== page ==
As I survey the global financial scene I become more bemused by the sheer lunacy of it all. Barnham and Bailey would have been quite envious of the antics I am sure. But let me start with a question:
Q. What is the difference between Willie Sutton, an ‘illegal withdrawals specialist’ and global banks, also ‘illegal withdrawals specialists’?
A. One robs banks and the other robs people!
Willie robbed banks because they had something of value and presumably banks rob us because our money is of value. But what is that value I find myself asking?
If we go shopping to buy food we buy by weight and so we know what we are buying. Before pre-packaging, weights and scales were used to assure us that we were getting a correct amount of goods for our payment.
The weights were of predetermined amounts, pounds, ounces etc. and they were regularly checked by government officials to ensure they had not been corrupted. This gave us confidence that what we were buying was authentic and that we were not being ripped off.
If we apply these ground rules to money, it really becomes quite scary to my simple mind. Originally money was assessed in terms of how much was needed to buy a piece of gold. You knew where you stood because you could trade your paper or coins for gold and be sure of its value.
Then in 1972 President Nixon took the dollar off the gold standard and the true value of money suddenly became very vague. For my part, I then began to value my money in what I could buy with it. As an example, in that year I bought my first house for £5,000. Today it would take £500,000 to buy that same house!
In 1971 there were 240 pennies to one pound and they were worth something. In that same year our currency ‘went metric’ and that gave us just 100 (pence) pennies to the pound . . . each of which is now quite worthless!
I’m no economist but rather than leaping for joy at how much my wealth has grown I am concerned at how much the purchasing power of my money has fallen. After all, if the house is how I measured my money in 1972, £5,000 was a good deal. Today the value of my money has reduced a hundred fold, because I now need 100 times as many pounds to buy that same house, which has not changed one iota.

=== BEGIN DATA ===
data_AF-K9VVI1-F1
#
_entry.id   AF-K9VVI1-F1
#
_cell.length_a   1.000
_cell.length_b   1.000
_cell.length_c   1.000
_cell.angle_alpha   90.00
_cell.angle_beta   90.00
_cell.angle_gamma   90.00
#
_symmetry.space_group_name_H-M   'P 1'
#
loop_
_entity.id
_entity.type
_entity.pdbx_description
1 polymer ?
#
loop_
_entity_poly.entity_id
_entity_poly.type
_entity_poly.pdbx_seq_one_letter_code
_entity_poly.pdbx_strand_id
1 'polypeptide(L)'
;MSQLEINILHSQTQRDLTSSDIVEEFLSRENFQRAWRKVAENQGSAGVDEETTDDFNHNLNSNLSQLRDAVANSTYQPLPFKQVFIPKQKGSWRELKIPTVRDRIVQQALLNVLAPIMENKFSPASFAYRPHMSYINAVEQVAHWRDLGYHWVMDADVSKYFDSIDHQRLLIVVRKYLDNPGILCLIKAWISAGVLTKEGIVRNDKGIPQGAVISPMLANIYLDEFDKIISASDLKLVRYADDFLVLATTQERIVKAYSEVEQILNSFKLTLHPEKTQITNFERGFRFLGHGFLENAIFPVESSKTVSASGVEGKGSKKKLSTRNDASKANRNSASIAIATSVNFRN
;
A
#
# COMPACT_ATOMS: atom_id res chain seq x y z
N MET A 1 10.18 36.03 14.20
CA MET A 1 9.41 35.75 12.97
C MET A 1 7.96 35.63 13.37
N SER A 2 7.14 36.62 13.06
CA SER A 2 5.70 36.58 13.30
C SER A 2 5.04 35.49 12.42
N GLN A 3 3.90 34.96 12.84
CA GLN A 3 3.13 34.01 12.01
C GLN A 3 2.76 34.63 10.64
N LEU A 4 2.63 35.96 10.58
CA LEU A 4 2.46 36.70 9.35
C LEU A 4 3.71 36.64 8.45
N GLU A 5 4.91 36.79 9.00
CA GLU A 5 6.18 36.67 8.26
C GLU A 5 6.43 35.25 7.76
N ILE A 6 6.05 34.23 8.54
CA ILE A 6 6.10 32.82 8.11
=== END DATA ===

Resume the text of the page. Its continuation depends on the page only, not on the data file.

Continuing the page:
It is still bricks and mortar, with a slate roof but in 1972 I could afford to buy it, whereas today a person of similar age to then cannot. The value of our assets have not gone up but rather the value of our money has plummeted! With a 100 fold reduction in the value of my 1972 pound it is now worth one penny which, as we all know is worthless.
The simple reason for this catastrophe is that when money was tied to something stable and secure, like gold, its supply was limited and so it restricted ‘economic growth’, which was a bad thing for banks and economists. The answer to ‘freeing it up’ was to disconnect its value from gold and for the banks themselves to guarantee the value of money. All we had to do was simply put our trust in bankers, (as we did with those government officials who checked the weights and scales).
A 100 fold drop in the value of the pound in my pocket tells me they are not doing a good job. What is even more lunatic is that we all have to work a lot harder now than I remember in 1972. We are getting stressed out because the value of what we are working for is falling through the floor and we have to borrow to make up the difference.
Is it any wonder we have a global banking system that is bankrupt and about to prove again that it is totally unfit for purpose as we face another imminent collapse, just 7 years after the last one? This is the prognosis of a growing number of eminent economists and clever money people who are now predicting the crash will happen next month or in October. (History shows that the 1929, 1987 and 2008 crashes all happened around this time of year!)
We now know that when it happens the banks will rob us of our money to cover themselves. The legislation is already in force. So it makes sense to take our money away from them and hoard it. Apparently they are wising up to this and there is now talk of legislation to outlaw the holding of cash.
This level of connivance and control, over something that is becoming ever more worthless by the day, is what led to the French Revolution. A subject I shall be returning to soon.
Until the next time
Thinking from his Book: Global Magna Carta. Returning Power to the 99% . . . If They Want It! By J T Coombes